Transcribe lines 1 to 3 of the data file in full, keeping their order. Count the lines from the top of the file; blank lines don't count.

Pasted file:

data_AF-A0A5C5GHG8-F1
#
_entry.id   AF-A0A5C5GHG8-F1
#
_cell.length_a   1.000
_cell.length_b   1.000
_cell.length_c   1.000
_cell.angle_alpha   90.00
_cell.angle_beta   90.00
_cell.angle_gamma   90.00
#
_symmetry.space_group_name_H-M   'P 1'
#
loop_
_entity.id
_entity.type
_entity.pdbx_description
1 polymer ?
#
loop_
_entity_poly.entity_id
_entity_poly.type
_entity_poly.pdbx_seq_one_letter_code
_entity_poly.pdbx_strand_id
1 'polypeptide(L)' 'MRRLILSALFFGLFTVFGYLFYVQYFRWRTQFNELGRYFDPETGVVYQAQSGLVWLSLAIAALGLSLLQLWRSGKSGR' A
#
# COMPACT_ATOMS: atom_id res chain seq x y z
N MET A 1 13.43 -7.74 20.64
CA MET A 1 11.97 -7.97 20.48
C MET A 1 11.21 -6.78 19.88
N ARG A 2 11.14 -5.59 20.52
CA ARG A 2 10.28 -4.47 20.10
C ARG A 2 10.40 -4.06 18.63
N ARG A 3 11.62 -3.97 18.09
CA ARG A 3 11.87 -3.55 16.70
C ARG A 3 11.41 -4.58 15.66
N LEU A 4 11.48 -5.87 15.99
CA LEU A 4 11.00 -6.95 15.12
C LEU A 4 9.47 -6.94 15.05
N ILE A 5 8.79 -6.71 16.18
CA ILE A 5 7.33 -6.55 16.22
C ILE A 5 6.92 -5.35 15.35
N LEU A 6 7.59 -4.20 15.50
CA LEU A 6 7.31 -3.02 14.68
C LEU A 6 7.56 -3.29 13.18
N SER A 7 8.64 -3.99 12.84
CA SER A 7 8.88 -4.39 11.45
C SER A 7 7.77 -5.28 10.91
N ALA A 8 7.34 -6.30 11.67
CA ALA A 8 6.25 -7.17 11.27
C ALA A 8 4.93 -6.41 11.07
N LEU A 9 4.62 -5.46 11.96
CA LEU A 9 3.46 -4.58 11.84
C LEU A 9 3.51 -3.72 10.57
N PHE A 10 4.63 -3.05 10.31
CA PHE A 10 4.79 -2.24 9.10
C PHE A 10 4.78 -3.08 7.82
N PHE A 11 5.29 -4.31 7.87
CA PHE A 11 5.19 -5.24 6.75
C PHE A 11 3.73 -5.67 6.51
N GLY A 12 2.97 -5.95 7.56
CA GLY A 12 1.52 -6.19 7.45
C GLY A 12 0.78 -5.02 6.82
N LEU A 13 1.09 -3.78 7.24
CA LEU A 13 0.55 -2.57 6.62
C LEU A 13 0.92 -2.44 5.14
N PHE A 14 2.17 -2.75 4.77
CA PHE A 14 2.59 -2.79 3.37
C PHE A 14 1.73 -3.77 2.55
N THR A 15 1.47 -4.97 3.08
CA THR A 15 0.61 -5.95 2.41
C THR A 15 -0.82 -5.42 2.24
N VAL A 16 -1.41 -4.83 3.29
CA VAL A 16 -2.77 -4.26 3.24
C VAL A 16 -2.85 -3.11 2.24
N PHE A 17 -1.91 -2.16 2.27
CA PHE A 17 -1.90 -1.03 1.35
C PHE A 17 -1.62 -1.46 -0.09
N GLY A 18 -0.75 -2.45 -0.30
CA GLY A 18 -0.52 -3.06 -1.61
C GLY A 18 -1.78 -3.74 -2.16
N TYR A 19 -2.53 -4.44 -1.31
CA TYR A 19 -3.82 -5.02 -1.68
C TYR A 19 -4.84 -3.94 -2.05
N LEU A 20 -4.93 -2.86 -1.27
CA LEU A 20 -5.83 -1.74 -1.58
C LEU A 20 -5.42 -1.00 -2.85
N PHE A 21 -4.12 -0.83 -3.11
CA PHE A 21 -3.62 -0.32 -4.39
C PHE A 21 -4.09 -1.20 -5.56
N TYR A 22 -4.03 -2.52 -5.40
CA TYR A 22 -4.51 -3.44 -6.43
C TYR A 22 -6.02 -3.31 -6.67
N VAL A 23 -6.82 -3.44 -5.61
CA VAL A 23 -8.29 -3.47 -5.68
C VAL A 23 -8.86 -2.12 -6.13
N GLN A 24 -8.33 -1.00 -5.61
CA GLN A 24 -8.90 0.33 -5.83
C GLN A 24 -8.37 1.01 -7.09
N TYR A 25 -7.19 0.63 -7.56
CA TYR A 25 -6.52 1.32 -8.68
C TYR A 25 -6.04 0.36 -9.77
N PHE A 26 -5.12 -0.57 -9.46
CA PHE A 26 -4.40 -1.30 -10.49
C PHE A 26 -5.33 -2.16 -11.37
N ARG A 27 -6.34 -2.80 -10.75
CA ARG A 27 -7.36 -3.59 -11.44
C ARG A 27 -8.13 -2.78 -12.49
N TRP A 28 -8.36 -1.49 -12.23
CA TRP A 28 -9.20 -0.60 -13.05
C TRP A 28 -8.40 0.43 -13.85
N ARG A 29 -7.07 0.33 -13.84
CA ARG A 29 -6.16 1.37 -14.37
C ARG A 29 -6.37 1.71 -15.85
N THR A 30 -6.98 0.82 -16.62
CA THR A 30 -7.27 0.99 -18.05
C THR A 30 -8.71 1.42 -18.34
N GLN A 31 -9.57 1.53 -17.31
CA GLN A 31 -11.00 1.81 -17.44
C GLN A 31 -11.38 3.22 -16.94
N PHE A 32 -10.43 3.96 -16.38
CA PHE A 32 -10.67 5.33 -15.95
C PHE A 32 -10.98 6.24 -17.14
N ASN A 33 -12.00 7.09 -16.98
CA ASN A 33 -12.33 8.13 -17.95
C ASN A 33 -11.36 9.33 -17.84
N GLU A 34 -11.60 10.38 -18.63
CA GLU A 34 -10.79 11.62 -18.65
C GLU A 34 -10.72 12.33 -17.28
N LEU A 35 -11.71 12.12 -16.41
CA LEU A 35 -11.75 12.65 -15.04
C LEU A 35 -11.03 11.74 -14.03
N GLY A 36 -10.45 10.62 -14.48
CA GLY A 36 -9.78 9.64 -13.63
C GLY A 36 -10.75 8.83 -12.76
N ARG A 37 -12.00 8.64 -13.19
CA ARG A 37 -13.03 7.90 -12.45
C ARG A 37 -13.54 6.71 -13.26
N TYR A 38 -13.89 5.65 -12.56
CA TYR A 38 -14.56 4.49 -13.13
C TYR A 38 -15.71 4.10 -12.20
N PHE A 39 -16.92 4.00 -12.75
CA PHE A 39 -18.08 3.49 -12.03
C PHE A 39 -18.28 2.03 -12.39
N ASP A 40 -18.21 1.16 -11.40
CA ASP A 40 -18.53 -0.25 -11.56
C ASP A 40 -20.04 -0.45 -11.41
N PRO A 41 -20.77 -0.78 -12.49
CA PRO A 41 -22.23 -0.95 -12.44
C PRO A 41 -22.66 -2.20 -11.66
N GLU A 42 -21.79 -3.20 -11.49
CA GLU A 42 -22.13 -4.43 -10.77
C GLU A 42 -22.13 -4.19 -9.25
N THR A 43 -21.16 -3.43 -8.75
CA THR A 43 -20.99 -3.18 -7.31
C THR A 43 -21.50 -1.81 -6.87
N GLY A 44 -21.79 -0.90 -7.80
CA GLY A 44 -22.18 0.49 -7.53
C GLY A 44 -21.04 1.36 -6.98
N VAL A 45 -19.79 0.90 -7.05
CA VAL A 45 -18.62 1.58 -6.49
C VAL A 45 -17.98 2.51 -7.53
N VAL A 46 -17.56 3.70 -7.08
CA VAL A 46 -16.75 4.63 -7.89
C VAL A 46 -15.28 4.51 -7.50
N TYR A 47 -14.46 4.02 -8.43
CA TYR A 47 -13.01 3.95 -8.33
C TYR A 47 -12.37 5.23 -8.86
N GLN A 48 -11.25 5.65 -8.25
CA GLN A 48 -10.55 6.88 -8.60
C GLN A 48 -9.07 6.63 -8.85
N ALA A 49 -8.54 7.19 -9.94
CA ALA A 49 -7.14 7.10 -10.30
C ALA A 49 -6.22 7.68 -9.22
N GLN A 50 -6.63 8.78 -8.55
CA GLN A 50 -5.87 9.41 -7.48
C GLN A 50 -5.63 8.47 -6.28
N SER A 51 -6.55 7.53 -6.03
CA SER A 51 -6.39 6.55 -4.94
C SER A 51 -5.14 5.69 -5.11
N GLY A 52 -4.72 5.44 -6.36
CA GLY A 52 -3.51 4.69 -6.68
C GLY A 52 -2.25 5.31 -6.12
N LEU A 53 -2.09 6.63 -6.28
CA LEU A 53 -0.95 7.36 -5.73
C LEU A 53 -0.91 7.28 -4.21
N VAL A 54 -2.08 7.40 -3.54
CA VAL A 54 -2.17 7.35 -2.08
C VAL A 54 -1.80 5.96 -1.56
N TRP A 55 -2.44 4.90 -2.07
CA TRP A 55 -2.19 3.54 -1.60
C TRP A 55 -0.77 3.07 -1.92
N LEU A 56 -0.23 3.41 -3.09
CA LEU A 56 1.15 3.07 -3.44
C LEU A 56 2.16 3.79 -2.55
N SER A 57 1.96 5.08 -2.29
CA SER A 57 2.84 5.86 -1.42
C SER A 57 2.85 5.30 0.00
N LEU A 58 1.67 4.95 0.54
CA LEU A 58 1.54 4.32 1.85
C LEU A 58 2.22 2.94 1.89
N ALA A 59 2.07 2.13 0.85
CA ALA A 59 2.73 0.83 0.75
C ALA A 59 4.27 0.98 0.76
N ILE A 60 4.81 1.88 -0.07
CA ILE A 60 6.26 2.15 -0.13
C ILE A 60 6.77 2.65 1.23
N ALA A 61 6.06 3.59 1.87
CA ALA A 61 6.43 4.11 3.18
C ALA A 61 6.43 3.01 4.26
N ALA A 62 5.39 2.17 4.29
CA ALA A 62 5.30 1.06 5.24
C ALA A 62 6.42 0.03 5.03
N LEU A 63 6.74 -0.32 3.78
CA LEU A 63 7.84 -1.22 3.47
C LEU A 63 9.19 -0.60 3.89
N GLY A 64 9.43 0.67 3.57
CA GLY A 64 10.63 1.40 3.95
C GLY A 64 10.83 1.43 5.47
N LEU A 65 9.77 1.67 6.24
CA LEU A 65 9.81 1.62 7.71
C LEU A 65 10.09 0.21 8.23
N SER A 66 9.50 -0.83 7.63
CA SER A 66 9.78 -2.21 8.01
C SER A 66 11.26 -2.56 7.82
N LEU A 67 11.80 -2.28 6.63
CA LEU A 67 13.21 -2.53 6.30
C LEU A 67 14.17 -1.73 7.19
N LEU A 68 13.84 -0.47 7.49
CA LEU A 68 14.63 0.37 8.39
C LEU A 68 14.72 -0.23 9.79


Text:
data_AF-A0A5C5GHG8-F1
#
_entry.id   AF-A0A5C5GHG8-F1